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[Invisionize.eu] The Development Channel - 4.0 - Trees

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Introduction

I previously wrote a blog entry about building tables in IPS Social Suite 4.0. Similar to tables, we also have trees. Trees in many ways look and behave similarly to tables, but can be distinguished mainly by the fact that trees show a collection of objects in a fixed order (often, though not always the order can be changed by the administrator) whereas tables can show data sorted however you like at the time. An example of trees would be the list of forums in IP.Board.

Trees vary quite significantly in their individual implementations, for example:

  • Objects in a tree often have parent/child relationships. Sometimes this relationship is between the same type of object (for example, forums in IP.Board or categories in IP.Downloads), sometimes the relationship is between different types of object (for example, applications and modules, where modules are always the child of applications) and sometimes it's a mix of both (for example, packages in IP.Nexus are always children of package groups, but package groups may or may not be children of each other).
  • Objects in a tree can usually, but not always be reordered by the administrator.
  • Objects in a tree can sometimes be enabled and disabled without being deleted, for example applications and modules. Sometimes individual objects can't when the rest can (for example, you can't disable the "Core" application).
  • Trees usually have controls for adding, editing, assigning permissions, duplicating and deleting objects, though a subset of these controls, or additional controls may be available (for example, you can't edit the permissions on a package in IP.Nexus, but you can run a purchase report, which you can't do in any other trees).

For IPS Social Suite 4.0, I wanted to create a central class to create trees - currently we duplicate a lot of functionality, and all our trees display differently (in some places, quite radically so), but without loosing any of the flexibility necessary given the various differences in each implementation. Because trees are both more complicated and flexible than tables, the method for creating one might seem complicated - however, when you compare it to having to write every part manually (including all the JavaScript) as was the case in IP.Board 3, you'll be shaving hours off of development time.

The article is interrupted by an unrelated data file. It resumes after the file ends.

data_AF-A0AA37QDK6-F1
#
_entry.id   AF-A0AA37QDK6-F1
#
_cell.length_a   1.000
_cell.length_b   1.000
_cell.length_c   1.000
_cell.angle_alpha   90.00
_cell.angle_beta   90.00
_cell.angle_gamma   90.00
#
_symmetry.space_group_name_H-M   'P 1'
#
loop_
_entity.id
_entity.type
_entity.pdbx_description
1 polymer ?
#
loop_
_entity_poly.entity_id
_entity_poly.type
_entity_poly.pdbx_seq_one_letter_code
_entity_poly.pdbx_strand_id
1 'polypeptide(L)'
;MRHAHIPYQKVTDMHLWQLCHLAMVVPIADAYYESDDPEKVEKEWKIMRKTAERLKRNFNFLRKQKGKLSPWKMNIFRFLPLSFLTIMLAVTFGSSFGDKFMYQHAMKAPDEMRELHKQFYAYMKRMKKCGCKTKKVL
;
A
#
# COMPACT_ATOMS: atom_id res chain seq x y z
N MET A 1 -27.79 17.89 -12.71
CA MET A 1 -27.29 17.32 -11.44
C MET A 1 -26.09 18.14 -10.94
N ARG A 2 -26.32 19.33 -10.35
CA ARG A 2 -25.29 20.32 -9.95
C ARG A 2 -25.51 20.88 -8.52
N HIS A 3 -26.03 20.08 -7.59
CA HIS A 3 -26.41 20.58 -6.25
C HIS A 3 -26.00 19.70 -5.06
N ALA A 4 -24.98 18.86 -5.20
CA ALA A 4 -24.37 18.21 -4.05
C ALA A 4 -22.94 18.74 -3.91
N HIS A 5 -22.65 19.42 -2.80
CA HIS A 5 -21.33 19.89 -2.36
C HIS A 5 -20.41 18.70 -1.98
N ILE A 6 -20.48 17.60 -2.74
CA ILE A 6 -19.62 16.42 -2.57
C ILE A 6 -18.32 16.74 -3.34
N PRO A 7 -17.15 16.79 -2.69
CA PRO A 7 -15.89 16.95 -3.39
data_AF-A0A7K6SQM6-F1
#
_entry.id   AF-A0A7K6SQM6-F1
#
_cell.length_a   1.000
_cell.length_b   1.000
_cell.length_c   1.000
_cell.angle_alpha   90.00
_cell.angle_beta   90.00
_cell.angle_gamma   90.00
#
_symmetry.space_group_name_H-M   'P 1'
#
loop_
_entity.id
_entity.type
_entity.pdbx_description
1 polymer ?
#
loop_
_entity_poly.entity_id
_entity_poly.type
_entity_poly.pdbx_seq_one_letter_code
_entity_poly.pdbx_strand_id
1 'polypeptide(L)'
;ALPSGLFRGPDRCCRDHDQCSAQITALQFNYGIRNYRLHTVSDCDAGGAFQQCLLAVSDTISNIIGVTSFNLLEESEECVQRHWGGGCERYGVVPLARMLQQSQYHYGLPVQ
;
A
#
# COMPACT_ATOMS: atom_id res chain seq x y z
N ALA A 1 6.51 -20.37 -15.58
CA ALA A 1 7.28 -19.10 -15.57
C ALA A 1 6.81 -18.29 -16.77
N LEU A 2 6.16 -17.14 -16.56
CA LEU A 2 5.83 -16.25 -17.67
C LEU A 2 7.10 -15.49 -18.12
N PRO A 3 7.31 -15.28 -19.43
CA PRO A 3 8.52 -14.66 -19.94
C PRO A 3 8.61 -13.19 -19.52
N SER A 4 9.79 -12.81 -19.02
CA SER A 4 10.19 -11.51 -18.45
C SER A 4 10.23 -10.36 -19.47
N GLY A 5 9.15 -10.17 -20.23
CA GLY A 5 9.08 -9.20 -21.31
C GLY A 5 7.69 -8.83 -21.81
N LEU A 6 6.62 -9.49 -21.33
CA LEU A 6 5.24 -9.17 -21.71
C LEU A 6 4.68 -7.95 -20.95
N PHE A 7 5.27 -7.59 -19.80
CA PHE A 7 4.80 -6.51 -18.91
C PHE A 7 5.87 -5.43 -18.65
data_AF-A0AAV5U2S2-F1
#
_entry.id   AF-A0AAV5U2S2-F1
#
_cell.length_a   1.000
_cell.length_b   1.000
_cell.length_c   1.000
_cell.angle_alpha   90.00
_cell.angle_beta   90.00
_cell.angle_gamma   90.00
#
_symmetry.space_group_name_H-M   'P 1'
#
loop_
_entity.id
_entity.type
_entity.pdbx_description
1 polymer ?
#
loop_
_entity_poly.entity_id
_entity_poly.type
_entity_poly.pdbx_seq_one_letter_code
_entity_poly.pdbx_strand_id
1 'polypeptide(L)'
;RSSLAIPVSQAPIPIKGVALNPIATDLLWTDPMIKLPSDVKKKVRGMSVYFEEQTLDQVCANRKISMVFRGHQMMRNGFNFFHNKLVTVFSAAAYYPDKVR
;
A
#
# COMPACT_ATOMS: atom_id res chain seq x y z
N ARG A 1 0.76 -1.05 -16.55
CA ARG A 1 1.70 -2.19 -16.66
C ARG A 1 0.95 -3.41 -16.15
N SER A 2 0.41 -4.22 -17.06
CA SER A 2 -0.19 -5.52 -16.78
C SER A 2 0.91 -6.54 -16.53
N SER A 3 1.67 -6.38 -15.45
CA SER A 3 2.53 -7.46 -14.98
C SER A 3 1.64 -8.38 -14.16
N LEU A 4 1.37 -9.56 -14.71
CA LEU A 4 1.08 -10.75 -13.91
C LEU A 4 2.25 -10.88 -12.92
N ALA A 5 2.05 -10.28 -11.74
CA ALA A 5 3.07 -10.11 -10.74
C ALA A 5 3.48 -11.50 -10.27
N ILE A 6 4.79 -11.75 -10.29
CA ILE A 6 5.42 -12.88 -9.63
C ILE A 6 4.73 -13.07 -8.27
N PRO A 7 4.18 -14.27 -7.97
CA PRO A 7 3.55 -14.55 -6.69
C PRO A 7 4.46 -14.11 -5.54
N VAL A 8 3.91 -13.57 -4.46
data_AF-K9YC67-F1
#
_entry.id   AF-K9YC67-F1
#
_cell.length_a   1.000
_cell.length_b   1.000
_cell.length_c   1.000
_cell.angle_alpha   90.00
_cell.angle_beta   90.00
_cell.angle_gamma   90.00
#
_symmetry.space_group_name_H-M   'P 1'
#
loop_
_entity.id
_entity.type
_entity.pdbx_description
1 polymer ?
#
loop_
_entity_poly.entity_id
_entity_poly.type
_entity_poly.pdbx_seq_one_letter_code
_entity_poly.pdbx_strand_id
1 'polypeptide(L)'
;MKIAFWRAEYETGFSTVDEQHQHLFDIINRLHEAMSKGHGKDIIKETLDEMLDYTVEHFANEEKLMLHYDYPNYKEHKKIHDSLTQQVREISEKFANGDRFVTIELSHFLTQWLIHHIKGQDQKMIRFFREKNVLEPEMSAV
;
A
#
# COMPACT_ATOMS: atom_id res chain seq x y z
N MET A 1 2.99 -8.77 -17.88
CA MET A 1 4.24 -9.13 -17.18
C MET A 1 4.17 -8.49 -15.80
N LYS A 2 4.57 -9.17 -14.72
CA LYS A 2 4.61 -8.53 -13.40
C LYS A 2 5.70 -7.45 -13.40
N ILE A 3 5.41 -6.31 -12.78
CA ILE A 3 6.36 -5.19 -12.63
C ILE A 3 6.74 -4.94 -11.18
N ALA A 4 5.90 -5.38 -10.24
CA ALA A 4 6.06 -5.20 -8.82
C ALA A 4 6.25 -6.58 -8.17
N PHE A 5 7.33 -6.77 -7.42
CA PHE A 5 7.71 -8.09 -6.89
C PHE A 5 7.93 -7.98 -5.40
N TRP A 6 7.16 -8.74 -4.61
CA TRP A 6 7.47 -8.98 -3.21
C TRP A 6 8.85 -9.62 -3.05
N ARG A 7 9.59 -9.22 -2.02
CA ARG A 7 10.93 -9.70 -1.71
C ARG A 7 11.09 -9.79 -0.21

There are two ways you can create trees in IPS Social Suite 4.0. The most common way is when each item in the table has a record in the database. There are occasions when this isn't the case (for example, the developer center displays trees created from JSON objects), and the Tree class can handle these, but in this blog entry I'm going to show you the more common method.

Just like I did for tables, I'm going to take you through how I programmed a real-world example, specifically the tree for custom profile fields.

Creating the classes

Custom profile fields are arranged into groups, so I'm going to start by creating a tree that shows the groups. To do this, I need to create a class for the custom profile field groups, I'll set this class to extend IPSNodeModel which is an abstract class that provides most of the functionality we need. IPSNodeModel in turn extends a class called IPSPatternsActiveRecord which provides functionality to make a class an Active Record (by that I mean, an object of the class corresponds to a record in the database).

In this class I need to define a few variables - I'll explain them below, but this is the code I'll write:

/**
 * Custom Profile Field Group Node
 */
class _Group extends IPSNodeModel
{
	/**
	 * @brief	[ActiveRecord] Multiton Store
	 */
	protected static $multitons;
	
	/**
	 * @brief	[ActiveRecord] Default Values
	 */
	protected static $defaultValues = NULL;
	
	/**
	 * @brief	[ActiveRecord] Database Table
	 */
	public static $databaseTable = 'core_pfields_groups';
	
	/**
	 * @brief	[ActiveRecord] Database Prefix
	 */
	public static $databasePrefix = 'pf_group_';
	
	/**
	 * @brief	[ActiveRecord] ID Database Column
	 */
	public static $databaseColumnId = 'id';
		
	/**
	 * @brief	[Node] Node Title
	 */
	public static $nodeTitle = 'profile_fields';
		
}
  • $multitons and $defaultValues are required by the IPSPatternsActiveRecord class. We don't need to do anything with them other than declare them.
  • $databaseTable tells the IPSPatternsActiveRecord class what database table the records we need are in.